Duet was a most unusual story that sounds a lot like a therapy session, but turns out it is not at all what you imagine
Red Letter Day is one that has her protagonist at the lowest ebb encountering something otherworldly in the haunting city of Carcassonne. Sad, but not without a certain rightness.
The Drowned Village is one of old folk myth and the fate of an island that vanished beneath the waves.
The House on the Hill is the one that I'm struggling to place.
Why the Yew Tree Lives So Long was by far my favourite. Just magical.
Sainte- Terése is set in Languedoc, but could be almost anywhere. A woman in an unhappy marriage finds solace and more in a church.
The Ship of the Dead is based on an old Breton legend, which I was not aware of. It was quite unexpected and probably the most scary of the set.
La Fille de Mélisande takes Debussy’s opera Pelleas et Mélisande and imagines how the events may have affected Melisande's daughter, born as her mother dies.
The Revenant is set not 5 miles from my home village, so this was immediately recognisable to me, the marshes I grew up with were brought to life. A crime in the past comes back to haunt the family involved. It says as much about how small communities act and react and how no event is ever entirely fotgotten.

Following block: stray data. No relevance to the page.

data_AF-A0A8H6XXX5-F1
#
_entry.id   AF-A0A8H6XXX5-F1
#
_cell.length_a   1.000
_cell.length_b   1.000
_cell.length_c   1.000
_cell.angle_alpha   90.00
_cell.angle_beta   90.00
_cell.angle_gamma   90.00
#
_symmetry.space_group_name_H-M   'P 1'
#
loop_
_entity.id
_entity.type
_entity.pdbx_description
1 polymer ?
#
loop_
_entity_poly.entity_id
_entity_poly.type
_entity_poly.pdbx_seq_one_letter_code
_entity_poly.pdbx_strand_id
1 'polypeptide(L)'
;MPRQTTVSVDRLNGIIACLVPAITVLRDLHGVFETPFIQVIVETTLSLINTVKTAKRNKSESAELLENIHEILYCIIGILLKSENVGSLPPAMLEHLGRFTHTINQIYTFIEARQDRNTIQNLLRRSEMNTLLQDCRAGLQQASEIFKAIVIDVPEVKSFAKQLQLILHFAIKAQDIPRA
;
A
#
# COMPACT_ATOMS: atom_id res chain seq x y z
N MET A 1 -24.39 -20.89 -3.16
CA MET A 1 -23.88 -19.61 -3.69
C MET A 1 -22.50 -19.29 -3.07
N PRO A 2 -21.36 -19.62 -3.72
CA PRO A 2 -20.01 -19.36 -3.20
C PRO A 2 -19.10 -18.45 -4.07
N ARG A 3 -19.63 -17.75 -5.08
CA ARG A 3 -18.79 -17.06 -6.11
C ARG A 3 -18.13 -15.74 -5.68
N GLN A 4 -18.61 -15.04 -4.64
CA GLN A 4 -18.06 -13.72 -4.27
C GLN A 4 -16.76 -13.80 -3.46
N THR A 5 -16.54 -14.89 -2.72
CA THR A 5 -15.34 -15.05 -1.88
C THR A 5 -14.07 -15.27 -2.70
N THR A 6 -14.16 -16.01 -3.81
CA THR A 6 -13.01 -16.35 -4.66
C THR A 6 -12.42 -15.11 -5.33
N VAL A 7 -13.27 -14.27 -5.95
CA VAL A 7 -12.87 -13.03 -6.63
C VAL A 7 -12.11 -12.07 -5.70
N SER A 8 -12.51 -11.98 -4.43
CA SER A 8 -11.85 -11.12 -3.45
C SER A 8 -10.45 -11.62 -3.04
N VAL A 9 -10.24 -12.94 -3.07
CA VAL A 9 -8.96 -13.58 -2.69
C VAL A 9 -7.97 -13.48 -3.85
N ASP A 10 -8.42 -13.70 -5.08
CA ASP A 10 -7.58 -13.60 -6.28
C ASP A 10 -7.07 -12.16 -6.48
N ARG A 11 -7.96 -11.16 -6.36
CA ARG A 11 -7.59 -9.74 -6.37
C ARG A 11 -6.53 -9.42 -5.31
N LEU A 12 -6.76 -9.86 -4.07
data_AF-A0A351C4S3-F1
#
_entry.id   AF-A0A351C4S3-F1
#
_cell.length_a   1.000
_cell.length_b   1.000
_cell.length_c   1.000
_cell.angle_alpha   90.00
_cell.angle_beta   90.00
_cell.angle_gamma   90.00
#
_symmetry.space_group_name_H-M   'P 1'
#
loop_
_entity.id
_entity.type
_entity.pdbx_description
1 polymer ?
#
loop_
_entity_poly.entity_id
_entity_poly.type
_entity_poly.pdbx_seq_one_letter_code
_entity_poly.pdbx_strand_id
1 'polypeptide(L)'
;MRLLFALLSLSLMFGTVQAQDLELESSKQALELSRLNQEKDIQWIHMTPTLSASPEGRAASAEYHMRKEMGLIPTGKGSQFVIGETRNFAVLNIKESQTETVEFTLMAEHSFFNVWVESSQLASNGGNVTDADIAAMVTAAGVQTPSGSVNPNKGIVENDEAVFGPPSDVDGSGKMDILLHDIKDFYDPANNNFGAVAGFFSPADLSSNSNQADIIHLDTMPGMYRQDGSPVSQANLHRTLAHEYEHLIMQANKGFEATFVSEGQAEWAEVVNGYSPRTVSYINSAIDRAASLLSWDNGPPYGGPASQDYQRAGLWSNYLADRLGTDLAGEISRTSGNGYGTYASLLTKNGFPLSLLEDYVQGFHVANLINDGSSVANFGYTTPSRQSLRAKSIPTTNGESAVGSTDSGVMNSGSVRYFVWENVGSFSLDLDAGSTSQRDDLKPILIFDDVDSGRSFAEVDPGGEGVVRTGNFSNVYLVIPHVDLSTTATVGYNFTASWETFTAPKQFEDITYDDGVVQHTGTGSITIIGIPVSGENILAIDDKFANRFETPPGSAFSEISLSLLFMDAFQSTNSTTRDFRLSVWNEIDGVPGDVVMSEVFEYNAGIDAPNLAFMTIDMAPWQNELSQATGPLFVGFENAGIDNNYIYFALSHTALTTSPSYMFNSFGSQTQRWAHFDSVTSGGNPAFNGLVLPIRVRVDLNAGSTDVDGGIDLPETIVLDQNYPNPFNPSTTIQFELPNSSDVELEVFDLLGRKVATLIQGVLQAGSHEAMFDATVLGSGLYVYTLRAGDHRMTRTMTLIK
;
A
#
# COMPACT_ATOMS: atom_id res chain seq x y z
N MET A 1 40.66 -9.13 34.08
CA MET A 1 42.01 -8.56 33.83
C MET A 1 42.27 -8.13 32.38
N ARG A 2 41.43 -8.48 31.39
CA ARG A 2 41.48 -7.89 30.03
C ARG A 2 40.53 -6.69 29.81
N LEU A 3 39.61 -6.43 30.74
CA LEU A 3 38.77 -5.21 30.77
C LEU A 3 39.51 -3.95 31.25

On Harting Hill is about another place (in this case a road) that I know well. And, from the author's note, I can see exactly where she was comming from in this one. It was excellently done.
The Princess Alice is a sad tale of a family decimated by an accident and the fact that these are forgotten - not in this case, with a diary comming into the hand of an avid bookworm.
In the Theatre at Night is surely based on that child's belief that their toys come alive after bedtime. In this case it is not toys, but the costumes and props in a theatre. Lovely and gentle as a story.
The Yellow Scarf was related to the first story, making reference to it and is the least sucessful, to my mind, of the collection. In this case the future finds a way to interact with and change the past. Not for me.